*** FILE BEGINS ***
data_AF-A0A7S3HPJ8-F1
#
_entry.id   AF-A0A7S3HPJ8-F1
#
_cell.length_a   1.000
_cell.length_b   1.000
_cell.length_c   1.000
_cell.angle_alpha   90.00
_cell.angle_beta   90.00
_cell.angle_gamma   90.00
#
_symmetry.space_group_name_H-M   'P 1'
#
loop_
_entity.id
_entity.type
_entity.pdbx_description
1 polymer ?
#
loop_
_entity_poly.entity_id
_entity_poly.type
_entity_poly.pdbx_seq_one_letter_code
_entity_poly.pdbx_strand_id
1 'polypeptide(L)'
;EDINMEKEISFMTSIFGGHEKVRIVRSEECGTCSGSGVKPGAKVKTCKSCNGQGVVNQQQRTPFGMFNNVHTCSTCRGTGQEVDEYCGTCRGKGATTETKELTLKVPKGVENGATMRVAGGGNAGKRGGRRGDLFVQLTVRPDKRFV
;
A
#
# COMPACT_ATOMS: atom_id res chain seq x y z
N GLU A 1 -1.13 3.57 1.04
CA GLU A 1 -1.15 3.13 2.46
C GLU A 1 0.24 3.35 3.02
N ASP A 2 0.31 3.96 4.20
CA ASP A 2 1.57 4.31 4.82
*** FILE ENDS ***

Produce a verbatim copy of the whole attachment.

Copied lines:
data_AF-A0A7S3HPJ8-F1
#
_entry.id   AF-A0A7S3HPJ8-F1
#
_cell.length_a   1.000
_cell.length_b   1.000
_cell.length_c   1.000
_cell.angle_alpha   90.00
_cell.angle_beta   90.00
_cell.angle_gamma   90.00
#
_symmetry.space_group_name_H-M   'P 1'
#
loop_
_entity.id
_entity.type
_entity.pdbx_description
1 polymer ?
#
loop_
_entity_poly.entity_id
_entity_poly.type
_entity_poly.pdbx_seq_one_letter_code
_entity_poly.pdbx_strand_id
1 'polypeptide(L)'
;EDINMEKEISFMTSIFGGHEKVRIVRSEECGTCSGSGVKPGAKVKTCKSCNGQGVVNQQQRTPFGMFNNVHTCSTCRGTGQEVDEYCGTCRGKGATTETKELTLKVPKGVENGATMRVAGGGNAGKRGGRRGDLFVQLTVRPDKRFV
;
A
#
# COMPACT_ATOMS: atom_id res chain seq x y z
N GLU A 1 -1.13 3.57 1.04
CA GLU A 1 -1.15 3.13 2.46
C GLU A 1 0.24 3.35 3.02
N ASP A 2 0.31 3.96 4.20
CA ASP A 2 1.57 4.31 4.82